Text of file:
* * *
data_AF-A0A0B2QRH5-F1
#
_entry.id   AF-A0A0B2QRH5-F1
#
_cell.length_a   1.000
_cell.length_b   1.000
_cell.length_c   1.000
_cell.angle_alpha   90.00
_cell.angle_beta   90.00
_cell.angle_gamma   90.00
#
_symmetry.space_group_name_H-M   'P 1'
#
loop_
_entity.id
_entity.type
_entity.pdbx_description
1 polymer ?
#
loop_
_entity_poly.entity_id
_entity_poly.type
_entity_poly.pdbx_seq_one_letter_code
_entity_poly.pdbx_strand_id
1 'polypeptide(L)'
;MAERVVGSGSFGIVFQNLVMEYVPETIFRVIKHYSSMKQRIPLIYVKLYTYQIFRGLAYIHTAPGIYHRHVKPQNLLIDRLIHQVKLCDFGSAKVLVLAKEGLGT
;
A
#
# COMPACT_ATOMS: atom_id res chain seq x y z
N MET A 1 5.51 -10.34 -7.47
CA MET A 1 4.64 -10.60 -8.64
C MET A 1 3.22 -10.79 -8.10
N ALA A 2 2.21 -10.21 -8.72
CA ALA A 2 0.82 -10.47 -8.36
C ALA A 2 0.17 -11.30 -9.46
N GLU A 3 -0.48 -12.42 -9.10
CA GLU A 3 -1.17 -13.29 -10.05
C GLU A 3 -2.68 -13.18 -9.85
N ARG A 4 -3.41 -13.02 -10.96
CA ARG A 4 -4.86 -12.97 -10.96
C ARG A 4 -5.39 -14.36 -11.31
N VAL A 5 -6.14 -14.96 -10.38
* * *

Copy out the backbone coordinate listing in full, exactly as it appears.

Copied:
data_AF-A0A0B2QRH5-F1
#
_entry.id   AF-A0A0B2QRH5-F1
#
_cell.length_a   1.000
_cell.length_b   1.000
_cell.length_c   1.000
_cell.angle_alpha   90.00
_cell.angle_beta   90.00
_cell.angle_gamma   90.00
#
_symmetry.space_group_name_H-M   'P 1'
#
loop_
_entity.id
_entity.type
_entity.pdbx_description
1 polymer ?
#
loop_
_entity_poly.entity_id
_entity_poly.type
_entity_poly.pdbx_seq_one_letter_code
_entity_poly.pdbx_strand_id
1 'polypeptide(L)'
;MAERVVGSGSFGIVFQNLVMEYVPETIFRVIKHYSSMKQRIPLIYVKLYTYQIFRGLAYIHTAPGIYHRHVKPQNLLIDRLIHQVKLCDFGSAKVLVLAKEGLGT
;
A
#
# COMPACT_ATOMS: atom_id res chain seq x y z
N MET A 1 5.51 -10.34 -7.47
CA MET A 1 4.64 -10.60 -8.64
C MET A 1 3.22 -10.79 -8.10
N ALA A 2 2.21 -10.21 -8.72
CA ALA A 2 0.82 -10.47 -8.36
C ALA A 2 0.17 -11.30 -9.46
N GLU A 3 -0.48 -12.42 -9.10
CA GLU A 3 -1.17 -13.29 -10.05
C GLU A 3 -2.68 -13.18 -9.85
N ARG A 4 -3.41 -13.02 -10.96
CA ARG A 4 -4.86 -12.97 -10.96
C ARG A 4 -5.39 -14.36 -11.31
N VAL A 5 -6.14 -14.96 -10.38